“Before Glory There Is Humility”
A CERTAIN young man was in an Egyptian prison on a trumped-up charge. He had suffered much humiliation, and there seemed to be no hope of release from prison. Then he was ordered to appear before Pharaoh. Prison guards quickly brought him out. He shaved, changed his mantles, and then appeared before the monarch.
A surprise awaited Joseph. With Jehovah’s help Joseph correctly interpreted two of Pharaoh’s dreams. Pharaoh said: “See, I do place you over all the land of Egypt.” (Genesis 41:41) What an incredible experience—from prison to palace all in one day! Joseph’s experience could illustrate what King Solomon was later inspired to write: “For he has gone forth from the prison house itself to become king.” Appropriately, Solomon twice wrote: “Before glory there is humility.”—Ecclesiastes 4:14; Proverbs 15:33; 18:12.
So as to benefit from that divine truth, ask yourself: What sustained Joseph during his humiliating experience? How did this faithful servant of Jehovah cope with the false charge that put him in prison? What glory did Jehovah have in mind for Joseph? What kind of glory awaits those who down through the centuries have faithfully and courageously suffered persecution and humiliation? Above all, what helps us to keep a balanced attitude when we are suffering humiliation?
Joseph must have meditated often on the two earlier prophetic dreams that indicated that his brothers and even his parents would “bow down” before him. In fact, his brothers, on hearing of the first dream, said: “Are you going to be king over us?”—Genesis 37:8-10.
Joseph’s jealous brothers nearly murdered him! But under Jehovah’s direction, the 17-year-old lad was sold to traveling merchants, who, in turn, sold him to Potiphar, chief of Pharaoh’s bodyguard.
Eventually, Joseph became steward over the household of Potiphar, whose wife tried to seduce the handsome young man. Yet Joseph was loyal to Jehovah and escaped. The wily wife lyingly accused Joseph of attempting to rape her, and Potiphar believed her, so poor Joseph was put in prison.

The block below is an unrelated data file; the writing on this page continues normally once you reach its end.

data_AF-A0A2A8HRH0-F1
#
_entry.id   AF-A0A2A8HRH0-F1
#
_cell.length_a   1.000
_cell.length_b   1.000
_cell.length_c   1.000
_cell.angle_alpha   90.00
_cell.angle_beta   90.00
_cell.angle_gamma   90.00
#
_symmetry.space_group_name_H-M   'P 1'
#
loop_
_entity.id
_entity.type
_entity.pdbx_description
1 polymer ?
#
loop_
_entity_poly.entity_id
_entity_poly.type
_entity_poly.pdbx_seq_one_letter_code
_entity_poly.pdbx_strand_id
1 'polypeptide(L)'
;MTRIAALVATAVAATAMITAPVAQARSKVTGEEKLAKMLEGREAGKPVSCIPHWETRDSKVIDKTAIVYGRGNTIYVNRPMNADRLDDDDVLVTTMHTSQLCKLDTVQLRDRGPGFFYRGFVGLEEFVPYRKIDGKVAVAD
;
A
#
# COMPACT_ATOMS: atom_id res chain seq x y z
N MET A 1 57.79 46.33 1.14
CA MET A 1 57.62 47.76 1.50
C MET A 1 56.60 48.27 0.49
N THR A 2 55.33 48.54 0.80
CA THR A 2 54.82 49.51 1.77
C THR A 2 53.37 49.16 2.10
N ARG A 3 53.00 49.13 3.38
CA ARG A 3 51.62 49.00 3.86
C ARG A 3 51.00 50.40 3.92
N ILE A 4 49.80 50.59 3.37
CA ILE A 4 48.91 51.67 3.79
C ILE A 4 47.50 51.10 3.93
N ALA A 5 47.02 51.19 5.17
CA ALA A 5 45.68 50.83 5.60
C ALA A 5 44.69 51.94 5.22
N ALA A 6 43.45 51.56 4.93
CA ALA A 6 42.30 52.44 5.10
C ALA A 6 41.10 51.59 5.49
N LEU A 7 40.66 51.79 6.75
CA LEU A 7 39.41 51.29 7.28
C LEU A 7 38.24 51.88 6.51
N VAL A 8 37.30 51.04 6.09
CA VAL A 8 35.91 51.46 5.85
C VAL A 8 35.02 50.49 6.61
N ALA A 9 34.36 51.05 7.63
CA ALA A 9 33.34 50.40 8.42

However, he remained loyal to Jehovah, who, as already mentioned, arranged that he be taken to Pharaoh to interpret dreams. Pharaoh thereafter appointed Joseph to the glorious privilege of organizing Egypt’s food supply. When a famine spread to Canaan, Joseph’s brothers did indeed bow down to him to fetch food for the family.
Others Who Went From ‘Humility to Glory’
Another faithful servant of Jehovah whose life pattern proves the divine truth that “before glory there is humility” was Moses. Raised in the sumptuous court of Pharaoh, Moses had an admirable future before him. Then events seemed to take a turn for the worse. Moses acted out of faith in Jehovah and loving concern for his people, so that he had to flee for his life from an angry Pharaoh. All alone he traveled to Midian. For 40 years he showed his humility by living a simple shepherd’s life, serving his father-in-law Jethro. How encouraging it must have been for Moses during his 40 years of personality-molding to ponder over Jehovah’s way of humbling him and to contemplate what might yet be in store for him!
Then came glory. Jehovah assigned Moses to be His messenger to Pharaoh and to bring His people out of Egypt. What glorious privileges Moses had when he was directly involved in the ten plagues and led Israel through the Red Sea! Later, Moses received the Law from Jehovah on Mount Sinai. When he descended, the people “could not gaze intently at the face of Moses because of the glory of his face.”—2 Corinthians 3:7.
Consider also Job, the greatest of all the Orientals. He was “a man blameless and upright, fearing God and turning aside from bad.” (Job 1:2, 3, 8) Then, suddenly, he lost his ten children and all his thousands of sheep, camels, cattle, and she-asses.
That was not all. Job came to be completely covered with malignant boils, causing him to be physically nauseating. His own wife mocked him: “Are you yet holding fast your integrity? Curse God and die!” (Job 2:9) Job was being severely tried and humiliated, but he was completely unaware of the heavenly confrontation between Jehovah and the archrebel, Satan. The situation was not improved by the lengthy discussion with Job’s three “friends.” However, Job maintained his integrity. He even humbly accepted wise counsel from Elihu—a much younger man.—Job 32:4.